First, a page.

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Constance "Connie" Branigan

June 29, 1923 – June 4, 2019

Constance Branigan Constance Branigan Constance Branigan Constance Branigan Constance Branigan Constance Branigan Constance Branigan Constance Branigan Constance Branigan Constance Branigan Constance Branigan Constance Branigan Constance Branigan Constance Branigan Constance Branigan Constance Branigan Constance Branigan Constance Branigan Constance Branigan Constance Branigan Constance Branigan Constance Branigan Constance Branigan Constance Branigan Constance Branigan
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Memorial Candles Lit for Constance "Connie" Branigan | SEE ALL
"We are honored to provide this Book of Memories to the family."
— Mueller Memorial -White Bear Lake
"With God's blessings and ourheartfelt sympathies on the occasion of dearest Connie's passing to eternal life-- "
— Mary Joy and Mike Peroz

Obituary for Constance "Connie" Branigan

Branigan, Constance Patricia Cronin
June 29, 1923 - June 4, 2019

Connie Branigan (nee Cronin) died on June 4, 2019 at St Andrews Village Senior Residence in Mahtomedi, Minnesota.

Connie was born June 29, 1923 in Hibbing, MN, to Edward J. and Florence (nee Weiser) Cronin. She grew up with a talent for academics, but also for following and playing sports. Many Saturday afternoons were spent listening to Gopher football on the radio with her father. At 16, she was also the Hibbing women’s tennis champion. She was an honor graduate of Hibbing High School and Hibbing Junior College.

In 1943, Connie turned down a full scholarship to the University of Chicago to take a position at the Hibbing Daily tribune as society editor. As male staff were being drafted, she saw it as her contribution to the war effort as she progressed on to serve as one of the first woman sports editors of a Minnesota daily from 1943 - 1944. Later, as an editor, she worked on the pages related to the invasion of Normandy.

During the War, Connie met Howard Branigan, Norwegian-Irish Army Airforce pilot- in-training at the Hibbing Airport/Junior College. As a part time instructor at the college, Connie was intrigued when she read his Irish last name on a list of trainees and she made it a point to meet him. They began dating and Howard was smitten from the beginning. In 1944, Connie became a war bride, leaving Hibbing, her work at the Hibbing Daily Tribune and her teaching of business classes at the junior college. They soon married at the Mount Home Idaho Army Air Force Base.

Alongside their marriage, Connie’s and Howard’s proudest accomplishment was raising their 4 sons and daughter. After the war, they settled in Alida, Minnesota, North of Itasca State Park. Howard worked with his father, Harry, on the Bear Creek Evergreen Nurseries. Besides giving birth to Bruce, Gary Michael and Patrick, Connie worked hard growing large vegetable gardens in the summer and canning in the fall. Eventually, they moved to Bagley, where Howard worked for the electrical cooperative. Son Terry was born, and in 1955, the family moved to the Iron Range, where Howard took a job with the Northern Electrical Cooperative. By 1957, they lived in Virginia and daughter Beth was born.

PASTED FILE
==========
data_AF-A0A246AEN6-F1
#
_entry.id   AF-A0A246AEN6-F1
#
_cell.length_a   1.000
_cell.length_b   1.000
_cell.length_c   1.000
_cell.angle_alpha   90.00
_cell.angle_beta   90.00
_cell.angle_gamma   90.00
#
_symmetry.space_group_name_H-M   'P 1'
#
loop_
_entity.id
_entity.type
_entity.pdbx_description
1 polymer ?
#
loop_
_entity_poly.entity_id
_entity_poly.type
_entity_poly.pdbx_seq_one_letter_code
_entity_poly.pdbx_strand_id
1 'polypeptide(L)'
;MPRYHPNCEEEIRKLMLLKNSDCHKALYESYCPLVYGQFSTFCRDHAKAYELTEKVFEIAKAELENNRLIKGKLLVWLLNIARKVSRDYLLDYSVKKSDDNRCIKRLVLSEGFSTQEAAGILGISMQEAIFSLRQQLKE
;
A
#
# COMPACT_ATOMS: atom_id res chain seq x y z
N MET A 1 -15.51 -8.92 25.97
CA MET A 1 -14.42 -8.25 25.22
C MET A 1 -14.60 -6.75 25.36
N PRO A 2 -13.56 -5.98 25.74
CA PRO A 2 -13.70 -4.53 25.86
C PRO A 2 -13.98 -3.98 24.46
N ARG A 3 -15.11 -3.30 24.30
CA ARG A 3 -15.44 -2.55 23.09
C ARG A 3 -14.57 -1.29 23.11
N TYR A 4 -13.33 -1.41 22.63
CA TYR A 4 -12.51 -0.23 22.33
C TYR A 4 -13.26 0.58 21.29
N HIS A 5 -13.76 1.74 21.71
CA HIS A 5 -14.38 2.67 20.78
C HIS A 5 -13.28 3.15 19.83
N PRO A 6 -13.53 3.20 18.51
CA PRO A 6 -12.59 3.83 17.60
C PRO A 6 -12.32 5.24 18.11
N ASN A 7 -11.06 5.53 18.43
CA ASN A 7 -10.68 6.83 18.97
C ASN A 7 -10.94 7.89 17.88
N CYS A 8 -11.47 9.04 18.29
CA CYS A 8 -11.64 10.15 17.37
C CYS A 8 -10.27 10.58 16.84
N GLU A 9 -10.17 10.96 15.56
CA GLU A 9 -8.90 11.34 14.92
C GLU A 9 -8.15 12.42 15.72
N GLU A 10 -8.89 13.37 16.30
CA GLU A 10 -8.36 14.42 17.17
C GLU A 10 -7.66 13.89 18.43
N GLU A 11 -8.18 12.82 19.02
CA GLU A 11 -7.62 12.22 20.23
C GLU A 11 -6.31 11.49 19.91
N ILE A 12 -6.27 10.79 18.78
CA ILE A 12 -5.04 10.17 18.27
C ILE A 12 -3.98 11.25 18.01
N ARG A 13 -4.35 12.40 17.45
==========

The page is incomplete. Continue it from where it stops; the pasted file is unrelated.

In raising their family, Howard and Connie emphasized faith, academics, sports participation, community involvement and leadership. All five children became college graduates with two completing post graduate work. The four boys were all Eagle Scouts. Connie was proud of the work that each of them have done, some of which include Christian publishing, environmental protection law, vocational and social services, railroad division management, technology, voluntary military service, advocacy for civil/voting rights and for Vietnam Veterans.

In the early 1970s Howard and Connie started an ecumenical prayer group that met in their home. In the years to come, they participated in prayer groups, bible studies and served both the community and their individual churches. At that time, Connie also completed her own degree in primary education with a focus on special education. It was an easy choice as raising her own family engendered a lifelong love of working with children.

Connie was a 45-year resident of Virginia, Minnesota and taught in the Title I program at Midway and Marquette schools, and then served as Special Education and Title I Coordinator for the Virginia Schools. She received a certificate of commendation from Gov. Rudy Perpich for her outstanding contribution to Minnesota youth through her special education work.

Her community leadership and involvement were key parts of her years in Virginia. She was active in Cub Scouts and Girl Scouts, in the school PTA, FISH (a community service organization) and served as vice President of the East Range Red Cross Board. She edited the Virginia Views newsletter for the School District and served on the school district Planning and Evaluation committee for 12 years. She was active in the Virginia Study Club and was a charter member of the Range Respite Caregivers Club.